Ambitious plan for greenhouse produce flounders
BrightFarms Inc. will start up again in April
Kathryn Finegan Clark
The giant high-tech greenhouse that was supposed to put fresh vegetables on local tables all year long stands alone and deserted on a snow-covered field in Lower Makefield, its frozen pipes broken.
Residents, especially those who have opposed construction of the 56,000-square-foot glass greenhouse on the 234-acre Patterson farm they want preserved, believe it has failed in its mission.
But a spokesman for BrightFarms Inc., said Tuesday, the company is merely upgrading and will begin production with a new system as early as April.
Toby Tiktinsky, the company’s spokesman, said BrightFarms is planning a major upgrade and installing a new type of technology to grow baby lettuces, baby kale and arugula. He said the new technology is based on expertise coming out of northern Italy. The hydroponic growing process nourishes plants with nutrient-treated water and uses no soil.
Tiktinsky said BrightFarms had supplied produce locally when it was operating but is looking to use a better method. He said the company decided to close down the greenhouse during the holiday season before installing the new technology.
The local project was the New York-based startup company’s first large-scale operation. BrightFarms began its business designing and building rooftop greenhouses in New York City with the idea of moving produce to market the same day it is picked. Its largest greenhouse in the city measured only 3,000 square feet.
The Lower Makefield facility was its first large project. Tiktinsky said BrightFarms is building a greenhouse in St. Paul. Others are either planned or under way in Brooklyn, St. Louis and Kansas City, Mo., Oklahoma City, Washington, D.C., and Indianapolis, according to the BrightFarms web site.
The company usually partners with local grocers and, in fact, was contacted and brought to Lower Makefield by James McCaffrey of McCaffrey’s Markets. The local BrightFarms facility has worked with McCaffrey’s and John Vena Inc., a Philadelphia wholesale specialty produce business. Neither have had shipments from BrightFarms for at least three months, according to several sources.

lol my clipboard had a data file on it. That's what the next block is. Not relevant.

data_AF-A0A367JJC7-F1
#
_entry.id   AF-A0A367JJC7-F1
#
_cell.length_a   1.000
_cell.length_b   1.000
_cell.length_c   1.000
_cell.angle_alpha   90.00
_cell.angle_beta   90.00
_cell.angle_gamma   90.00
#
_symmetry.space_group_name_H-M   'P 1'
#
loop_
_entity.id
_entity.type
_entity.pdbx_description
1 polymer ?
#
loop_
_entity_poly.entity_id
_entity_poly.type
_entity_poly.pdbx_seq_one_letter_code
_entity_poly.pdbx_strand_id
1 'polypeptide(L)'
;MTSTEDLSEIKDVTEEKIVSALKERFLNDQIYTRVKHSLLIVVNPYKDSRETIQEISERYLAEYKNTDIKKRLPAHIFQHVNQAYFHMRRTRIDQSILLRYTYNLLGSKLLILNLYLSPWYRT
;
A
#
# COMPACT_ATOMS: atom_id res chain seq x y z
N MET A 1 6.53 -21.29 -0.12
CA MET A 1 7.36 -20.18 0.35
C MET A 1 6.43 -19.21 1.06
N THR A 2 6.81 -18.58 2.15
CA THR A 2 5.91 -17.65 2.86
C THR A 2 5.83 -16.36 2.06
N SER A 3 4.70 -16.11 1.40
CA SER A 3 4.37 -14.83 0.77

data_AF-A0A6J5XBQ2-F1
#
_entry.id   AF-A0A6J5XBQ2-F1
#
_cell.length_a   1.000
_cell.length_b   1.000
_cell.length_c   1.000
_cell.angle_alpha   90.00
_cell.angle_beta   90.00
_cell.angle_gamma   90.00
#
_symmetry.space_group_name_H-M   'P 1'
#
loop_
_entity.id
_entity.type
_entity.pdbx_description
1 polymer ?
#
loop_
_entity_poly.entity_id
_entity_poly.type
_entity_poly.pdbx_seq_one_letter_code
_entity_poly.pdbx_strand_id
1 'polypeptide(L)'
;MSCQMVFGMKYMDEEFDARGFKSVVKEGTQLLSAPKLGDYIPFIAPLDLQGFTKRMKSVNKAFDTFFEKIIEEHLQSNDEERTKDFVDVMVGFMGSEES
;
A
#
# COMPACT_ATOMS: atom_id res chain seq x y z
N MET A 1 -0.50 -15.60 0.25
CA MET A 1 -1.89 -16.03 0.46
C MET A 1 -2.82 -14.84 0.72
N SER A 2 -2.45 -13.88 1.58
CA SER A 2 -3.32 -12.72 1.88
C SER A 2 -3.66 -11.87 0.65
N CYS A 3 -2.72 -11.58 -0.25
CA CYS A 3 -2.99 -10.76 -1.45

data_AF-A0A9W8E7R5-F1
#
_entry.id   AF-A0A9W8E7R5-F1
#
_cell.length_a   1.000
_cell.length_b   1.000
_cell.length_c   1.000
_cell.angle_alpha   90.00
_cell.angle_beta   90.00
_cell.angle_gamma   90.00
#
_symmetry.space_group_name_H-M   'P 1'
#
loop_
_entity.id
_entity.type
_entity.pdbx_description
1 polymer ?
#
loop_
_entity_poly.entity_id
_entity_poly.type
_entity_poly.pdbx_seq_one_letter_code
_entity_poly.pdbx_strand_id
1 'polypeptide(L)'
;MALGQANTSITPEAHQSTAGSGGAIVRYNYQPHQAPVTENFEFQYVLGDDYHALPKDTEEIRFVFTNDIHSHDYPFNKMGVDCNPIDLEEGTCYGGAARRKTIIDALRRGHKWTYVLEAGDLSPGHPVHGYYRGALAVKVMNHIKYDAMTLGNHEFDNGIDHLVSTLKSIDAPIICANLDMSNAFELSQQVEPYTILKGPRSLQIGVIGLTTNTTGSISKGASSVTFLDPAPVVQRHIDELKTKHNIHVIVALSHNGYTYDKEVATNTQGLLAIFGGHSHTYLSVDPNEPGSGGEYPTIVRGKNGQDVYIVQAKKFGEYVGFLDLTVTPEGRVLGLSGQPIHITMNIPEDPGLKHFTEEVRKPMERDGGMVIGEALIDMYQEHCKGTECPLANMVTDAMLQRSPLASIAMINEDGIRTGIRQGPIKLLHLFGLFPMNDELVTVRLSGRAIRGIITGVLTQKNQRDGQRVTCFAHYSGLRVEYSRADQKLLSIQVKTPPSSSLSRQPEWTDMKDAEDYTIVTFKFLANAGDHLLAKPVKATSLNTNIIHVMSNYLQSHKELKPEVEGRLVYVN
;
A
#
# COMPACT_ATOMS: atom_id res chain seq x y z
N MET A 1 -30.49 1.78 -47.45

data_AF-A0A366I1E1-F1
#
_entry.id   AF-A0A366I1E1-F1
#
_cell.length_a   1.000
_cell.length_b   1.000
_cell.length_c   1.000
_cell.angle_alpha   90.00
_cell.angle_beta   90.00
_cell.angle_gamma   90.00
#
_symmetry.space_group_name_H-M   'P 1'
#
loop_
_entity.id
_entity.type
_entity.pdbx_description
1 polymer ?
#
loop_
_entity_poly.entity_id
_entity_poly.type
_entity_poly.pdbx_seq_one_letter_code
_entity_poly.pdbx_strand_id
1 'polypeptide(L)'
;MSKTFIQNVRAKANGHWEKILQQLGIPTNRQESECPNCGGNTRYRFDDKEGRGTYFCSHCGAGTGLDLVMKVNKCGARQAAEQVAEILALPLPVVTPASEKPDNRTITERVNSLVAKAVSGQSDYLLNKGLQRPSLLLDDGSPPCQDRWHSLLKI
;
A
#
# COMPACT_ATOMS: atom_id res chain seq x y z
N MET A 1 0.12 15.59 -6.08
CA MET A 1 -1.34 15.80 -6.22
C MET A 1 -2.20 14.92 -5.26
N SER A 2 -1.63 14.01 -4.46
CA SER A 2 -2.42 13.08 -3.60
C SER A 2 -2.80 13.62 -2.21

The Patterson farm, owned by Lower Makefield Township has been a political football for years with the township trying to develop it and a group of residents wanting it preserved as farmland
Since the time it was first considered, Lower Makefield residents have questioned the viability of the greenhouse. Local farmers refused to work for the company because they were skeptical about the project’s outcome. The company finally had to hire growers from out of state. They were replaced. Crops failed and were replaced, too. Hydroponics is a specialized field and not simply greenhouse growing, according to the farmers.
“Farmland is a wonderful resource. We can’t replicate it and when it’s gone, it’s gone,” said Donna Doan, the farmer’s daughter who has led the crusade to have the Patterson Farm preserved.”
She said, “This is prime soil. The state Department of Agriculture classifies it in the top 2 percent of quality soils in Pennsylvania.”
She said, “It makes no sense to put an operation that uses no soil on top of prime soil that could be farmed. It may work for urban growing, but it’s not working here.”
Lower Makefield Township Supervisor Jeff Benedetto agreed with her. “It’s totally ridiculous,” he said, noting he’s not opposed to the hydroponic concept, but to its placement on the Patterson farm.
He favors farmland preservation and said he has voted against BrightFarms’ plan since it was first introduced. “I’m concerned for the residents of Lower Makefield who are not getting the produce they were promised.”
Donna Doan said her late father, Duane Doan Jr., worked on the Patterson farm for 50 years. Thomas and Alice Patterson had purchased the farm in the 1940s and later merged with the adjacent Doan farm. Fifty years later the township pressed Patterson to sell the property but the farmer repeatedly declined. Developers also approached him and he turned down millions, Doan said.
Finally, in 1998, the township “took” the farm, condemning it by Eminent Domain, paying $7.2 million, a quarter of the sum Patterson had declined from developers.
Patterson was then 95 and said he was “too old to fight.” He lived on the farm until his death in 2000. The township did not move to preserve the land until last year, 15 years after its purchase. A sign on the farm claims 234 acres has been placed in a state farmland preservation program, but Doan said, in fact, only about half that acreage has been enrolled in the program.
Patterson Farm is on Mirror Lake Road and it stretches from Stony Hill Road to the Newtown-Yardley Road.
In 2012 the township leased several acres to BrightFarms for the 56,000-square-foot greenhouse, helped BrightFarms get the necessary permits and ousted a local farmer who had been renting the land to grow his own crops.
Calls to Lower Makefield Township were not returned on Tuesday.
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